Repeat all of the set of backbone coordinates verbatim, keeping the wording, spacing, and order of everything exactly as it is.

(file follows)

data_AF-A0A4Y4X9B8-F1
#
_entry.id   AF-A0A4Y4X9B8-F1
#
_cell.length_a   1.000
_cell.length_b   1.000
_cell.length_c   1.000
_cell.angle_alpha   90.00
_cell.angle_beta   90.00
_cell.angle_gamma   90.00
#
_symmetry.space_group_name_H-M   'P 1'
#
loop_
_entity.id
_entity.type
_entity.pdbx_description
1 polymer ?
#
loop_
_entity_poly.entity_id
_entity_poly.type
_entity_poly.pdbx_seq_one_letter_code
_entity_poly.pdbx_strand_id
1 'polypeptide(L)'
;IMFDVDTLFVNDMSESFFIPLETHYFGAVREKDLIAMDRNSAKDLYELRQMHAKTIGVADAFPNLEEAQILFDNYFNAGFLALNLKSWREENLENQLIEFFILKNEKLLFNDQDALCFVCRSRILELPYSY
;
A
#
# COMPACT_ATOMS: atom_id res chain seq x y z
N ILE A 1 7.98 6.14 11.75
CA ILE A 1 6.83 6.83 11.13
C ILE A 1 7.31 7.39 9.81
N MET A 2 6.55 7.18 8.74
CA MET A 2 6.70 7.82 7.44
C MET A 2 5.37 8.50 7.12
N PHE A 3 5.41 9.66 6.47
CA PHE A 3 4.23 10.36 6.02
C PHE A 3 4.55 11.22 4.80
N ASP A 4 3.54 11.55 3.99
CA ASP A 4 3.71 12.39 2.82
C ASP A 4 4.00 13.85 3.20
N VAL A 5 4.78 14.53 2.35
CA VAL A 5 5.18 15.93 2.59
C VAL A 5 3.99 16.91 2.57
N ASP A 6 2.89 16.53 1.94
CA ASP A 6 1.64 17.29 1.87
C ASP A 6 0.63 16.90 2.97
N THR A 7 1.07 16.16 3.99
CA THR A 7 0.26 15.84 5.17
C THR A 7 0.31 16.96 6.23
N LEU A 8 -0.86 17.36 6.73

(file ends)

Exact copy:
data_AF-A0A4Y4X9B8-F1
#
_entry.id   AF-A0A4Y4X9B8-F1
#
_cell.length_a   1.000
_cell.length_b   1.000
_cell.length_c   1.000
_cell.angle_alpha   90.00
_cell.angle_beta   90.00
_cell.angle_gamma   90.00
#
_symmetry.space_group_name_H-M   'P 1'
#
loop_
_entity.id
_entity.type
_entity.pdbx_description
1 polymer ?
#
loop_
_entity_poly.entity_id
_entity_poly.type
_entity_poly.pdbx_seq_one_letter_code
_entity_poly.pdbx_strand_id
1 'polypeptide(L)'
;IMFDVDTLFVNDMSESFFIPLETHYFGAVREKDLIAMDRNSAKDLYELRQMHAKTIGVADAFPNLEEAQILFDNYFNAGFLALNLKSWREENLENQLIEFFILKNEKLLFNDQDALCFVCRSRILELPYSY
;
A
#
# COMPACT_ATOMS: atom_id res chain seq x y z
N ILE A 1 7.98 6.14 11.75
CA ILE A 1 6.83 6.83 11.13
C ILE A 1 7.31 7.39 9.81
N MET A 2 6.55 7.18 8.74
CA MET A 2 6.70 7.82 7.44
C MET A 2 5.37 8.50 7.12
N PHE A 3 5.41 9.66 6.47
CA PHE A 3 4.23 10.36 6.02
C PHE A 3 4.55 11.22 4.80
N ASP A 4 3.54 11.55 3.99
CA ASP A 4 3.71 12.39 2.82
C ASP A 4 4.00 13.85 3.20
N VAL A 5 4.78 14.53 2.35
CA VAL A 5 5.18 15.93 2.59
C VAL A 5 3.99 16.91 2.57
N ASP A 6 2.89 16.53 1.94
CA ASP A 6 1.64 17.29 1.87
C ASP A 6 0.63 16.90 2.97
N THR A 7 1.07 16.16 3.99
CA THR A 7 0.26 15.84 5.17
C THR A 7 0.31 16.96 6.23
N LEU A 8 -0.86 17.36 6.73